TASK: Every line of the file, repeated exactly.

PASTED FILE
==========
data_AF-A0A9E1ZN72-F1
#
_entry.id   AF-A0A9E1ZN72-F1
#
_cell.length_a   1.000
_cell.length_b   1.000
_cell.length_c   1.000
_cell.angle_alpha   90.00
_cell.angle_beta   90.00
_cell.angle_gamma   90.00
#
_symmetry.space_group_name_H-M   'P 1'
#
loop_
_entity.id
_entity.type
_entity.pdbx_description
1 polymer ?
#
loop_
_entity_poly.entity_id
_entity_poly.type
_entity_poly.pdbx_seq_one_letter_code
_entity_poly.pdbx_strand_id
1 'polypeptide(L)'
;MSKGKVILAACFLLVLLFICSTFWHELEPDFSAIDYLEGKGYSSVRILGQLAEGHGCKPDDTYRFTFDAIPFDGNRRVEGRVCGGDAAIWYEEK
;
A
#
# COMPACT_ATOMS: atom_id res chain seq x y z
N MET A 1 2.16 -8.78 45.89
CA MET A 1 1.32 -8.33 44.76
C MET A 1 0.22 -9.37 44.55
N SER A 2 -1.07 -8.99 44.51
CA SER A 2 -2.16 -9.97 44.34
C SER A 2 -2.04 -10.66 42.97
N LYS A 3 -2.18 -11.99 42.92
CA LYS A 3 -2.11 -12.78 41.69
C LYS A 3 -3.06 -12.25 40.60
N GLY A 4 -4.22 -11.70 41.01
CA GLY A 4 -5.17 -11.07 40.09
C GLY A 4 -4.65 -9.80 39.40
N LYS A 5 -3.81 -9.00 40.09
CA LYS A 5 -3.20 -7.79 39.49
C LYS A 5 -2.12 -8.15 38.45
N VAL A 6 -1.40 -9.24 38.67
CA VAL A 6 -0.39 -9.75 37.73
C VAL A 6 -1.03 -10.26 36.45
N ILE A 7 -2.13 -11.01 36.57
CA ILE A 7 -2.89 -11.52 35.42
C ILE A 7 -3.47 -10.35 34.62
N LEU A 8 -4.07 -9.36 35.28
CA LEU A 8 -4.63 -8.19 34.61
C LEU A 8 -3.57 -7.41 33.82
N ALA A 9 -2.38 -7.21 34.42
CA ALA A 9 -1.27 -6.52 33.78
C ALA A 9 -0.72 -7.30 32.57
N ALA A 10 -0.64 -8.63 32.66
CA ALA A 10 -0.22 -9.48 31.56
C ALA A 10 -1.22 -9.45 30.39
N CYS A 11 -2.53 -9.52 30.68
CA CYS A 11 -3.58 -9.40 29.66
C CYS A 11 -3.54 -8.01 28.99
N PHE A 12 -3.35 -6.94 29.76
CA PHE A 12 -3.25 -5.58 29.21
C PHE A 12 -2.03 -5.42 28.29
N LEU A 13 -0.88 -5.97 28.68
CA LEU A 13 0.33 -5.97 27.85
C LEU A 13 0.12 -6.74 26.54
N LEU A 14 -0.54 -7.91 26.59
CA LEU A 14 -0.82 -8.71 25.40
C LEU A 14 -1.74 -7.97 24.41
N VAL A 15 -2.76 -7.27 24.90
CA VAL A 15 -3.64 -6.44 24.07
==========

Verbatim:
data_AF-A0A9E1ZN72-F1
#
_entry.id   AF-A0A9E1ZN72-F1
#
_cell.length_a   1.000
_cell.length_b   1.000
_cell.length_c   1.000
_cell.angle_alpha   90.00
_cell.angle_beta   90.00
_cell.angle_gamma   90.00
#
_symmetry.space_group_name_H-M   'P 1'
#
loop_
_entity.id
_entity.type
_entity.pdbx_description
1 polymer ?
#
loop_
_entity_poly.entity_id
_entity_poly.type
_entity_poly.pdbx_seq_one_letter_code
_entity_poly.pdbx_strand_id
1 'polypeptide(L)'
;MSKGKVILAACFLLVLLFICSTFWHELEPDFSAIDYLEGKGYSSVRILGQLAEGHGCKPDDTYRFTFDAIPFDGNRRVEGRVCGGDAAIWYEEK
;
A
#
# COMPACT_ATOMS: atom_id res chain seq x y z
N MET A 1 2.16 -8.78 45.89
CA MET A 1 1.32 -8.33 44.76
C MET A 1 0.22 -9.37 44.55
N SER A 2 -1.07 -8.99 44.51
CA SER A 2 -2.16 -9.97 44.34
C SER A 2 -2.04 -10.66 42.97
N LYS A 3 -2.18 -11.99 42.92
CA LYS A 3 -2.11 -12.78 41.69
C LYS A 3 -3.06 -12.25 40.60
N GLY A 4 -4.22 -11.70 41.01
CA GLY A 4 -5.17 -11.07 40.09
C GLY A 4 -4.65 -9.80 39.40
N LYS A 5 -3.81 -9.00 40.09
CA LYS A 5 -3.20 -7.79 39.49
C LYS A 5 -2.12 -8.15 38.45
N VAL A 6 -1.40 -9.24 38.67
CA VAL A 6 -0.39 -9.75 37.73
C VAL A 6 -1.03 -10.26 36.45
N ILE A 7 -2.13 -11.01 36.57
CA ILE A 7 -2.89 -11.52 35.42
C ILE A 7 -3.47 -10.35 34.62
N LEU A 8 -4.07 -9.36 35.28
CA LEU A 8 -4.63 -8.19 34.61
C LEU A 8 -3.57 -7.41 33.82
N ALA A 9 -2.38 -7.21 34.42
CA ALA A 9 -1.27 -6.52 33.78
C ALA A 9 -0.72 -7.30 32.57
N ALA A 10 -0.64 -8.63 32.66
CA ALA A 10 -0.22 -9.48 31.56
C ALA A 10 -1.22 -9.45 30.39
N CYS A 11 -2.53 -9.52 30.68
CA CYS A 11 -3.58 -9.40 29.66
C CYS A 11 -3.54 -8.01 28.99
N PHE A 12 -3.35 -6.94 29.76
CA PHE A 12 -3.25 -5.58 29.21
C PHE A 12 -2.03 -5.42 28.29
N LEU A 13 -0.88 -5.97 28.68
CA LEU A 13 0.33 -5.97 27.85
C LEU A 13 0.12 -6.74 26.54
N LEU A 14 -0.54 -7.91 26.59
CA LEU A 14 -0.82 -8.71 25.40
C LEU A 14 -1.74 -7.97 24.41
N VAL A 15 -2.76 -7.27 24.90
CA VAL A 15 -3.64 -6.44 24.07